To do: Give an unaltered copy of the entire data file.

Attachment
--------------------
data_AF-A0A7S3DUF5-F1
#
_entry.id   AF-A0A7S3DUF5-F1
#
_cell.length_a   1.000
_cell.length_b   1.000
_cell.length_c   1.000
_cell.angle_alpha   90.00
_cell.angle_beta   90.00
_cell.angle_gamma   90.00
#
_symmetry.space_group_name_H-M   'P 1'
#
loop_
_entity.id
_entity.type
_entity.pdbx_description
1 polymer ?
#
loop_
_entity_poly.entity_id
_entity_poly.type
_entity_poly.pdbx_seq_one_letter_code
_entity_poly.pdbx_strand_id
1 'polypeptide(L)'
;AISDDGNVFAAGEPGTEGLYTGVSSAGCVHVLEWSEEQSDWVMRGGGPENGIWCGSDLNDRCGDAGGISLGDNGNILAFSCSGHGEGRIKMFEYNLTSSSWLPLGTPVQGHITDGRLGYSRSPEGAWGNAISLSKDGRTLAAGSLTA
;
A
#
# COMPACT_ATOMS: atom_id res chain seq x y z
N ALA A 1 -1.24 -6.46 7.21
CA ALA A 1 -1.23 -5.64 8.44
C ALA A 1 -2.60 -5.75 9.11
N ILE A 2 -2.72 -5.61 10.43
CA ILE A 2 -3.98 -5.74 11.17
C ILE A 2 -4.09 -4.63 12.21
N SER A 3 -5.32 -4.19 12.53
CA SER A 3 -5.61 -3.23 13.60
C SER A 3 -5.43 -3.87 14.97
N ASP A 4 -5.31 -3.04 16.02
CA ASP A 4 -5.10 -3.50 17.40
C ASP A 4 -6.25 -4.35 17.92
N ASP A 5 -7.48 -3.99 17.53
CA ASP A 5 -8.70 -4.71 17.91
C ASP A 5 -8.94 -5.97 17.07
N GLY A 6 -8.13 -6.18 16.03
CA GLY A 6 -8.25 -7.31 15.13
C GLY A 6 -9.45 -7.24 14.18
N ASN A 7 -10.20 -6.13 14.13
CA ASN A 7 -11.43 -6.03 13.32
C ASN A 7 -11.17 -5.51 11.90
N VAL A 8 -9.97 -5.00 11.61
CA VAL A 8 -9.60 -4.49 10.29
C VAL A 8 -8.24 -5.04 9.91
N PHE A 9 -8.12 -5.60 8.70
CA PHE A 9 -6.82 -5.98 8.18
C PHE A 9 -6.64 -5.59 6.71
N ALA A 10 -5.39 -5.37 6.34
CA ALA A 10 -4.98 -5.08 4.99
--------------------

data_AF-A0A7S3DUF5-F1
#
_entry.id   AF-A0A7S3DUF5-F1
#
_cell.length_a   1.000
_cell.length_b   1.000
_cell.length_c   1.000
_cell.angle_alpha   90.00
_cell.angle_beta   90.00
_cell.angle_gamma   90.00
#
_symmetry.space_group_name_H-M   'P 1'
#
loop_
_entity.id
_entity.type
_entity.pdbx_description
1 polymer ?
#
loop_
_entity_poly.entity_id
_entity_poly.type
_entity_poly.pdbx_seq_one_letter_code
_entity_poly.pdbx_strand_id
1 'polypeptide(L)'
;AISDDGNVFAAGEPGTEGLYTGVSSAGCVHVLEWSEEQSDWVMRGGGPENGIWCGSDLNDRCGDAGGISLGDNGNILAFSCSGHGEGRIKMFEYNLTSSSWLPLGTPVQGHITDGRLGYSRSPEGAWGNAISLSKDGRTLAAGSLTA
;
A
#
# COMPACT_ATOMS: atom_id res chain seq x y z
N ALA A 1 -1.24 -6.46 7.21
CA ALA A 1 -1.23 -5.64 8.44
C ALA A 1 -2.60 -5.75 9.11
N ILE A 2 -2.72 -5.61 10.43
CA ILE A 2 -3.98 -5.74 11.17
C ILE A 2 -4.09 -4.63 12.21
N SER A 3 -5.32 -4.19 12.53
CA SER A 3 -5.61 -3.23 13.60
C SER A 3 -5.43 -3.87 14.97
N ASP A 4 -5.31 -3.04 16.02
CA ASP A 4 -5.10 -3.50 17.40
C ASP A 4 -6.25 -4.35 17.92
N ASP A 5 -7.48 -3.99 17.53
CA ASP A 5 -8.70 -4.71 17.91
C ASP A 5 -8.94 -5.97 17.07
N GLY A 6 -8.13 -6.18 16.03
CA GLY A 6 -8.25 -7.31 15.13
C GLY A 6 -9.45 -7.24 14.18
N ASN A 7 -10.20 -6.13 14.13
CA ASN A 7 -11.43 -6.03 13.32
C ASN A 7 -11.17 -5.51 11.90
N VAL A 8 -9.97 -5.00 11.61
CA VAL A 8 -9.60 -4.49 10.29
C VAL A 8 -8.24 -5.04 9.91
N PHE A 9 -8.12 -5.60 8.70
CA PHE A 9 -6.82 -5.98 8.18
C PHE A 9 -6.64 -5.59 6.71
N ALA A 10 -5.39 -5.37 6.34
CA ALA A 10 -4.98 -5.08 4.99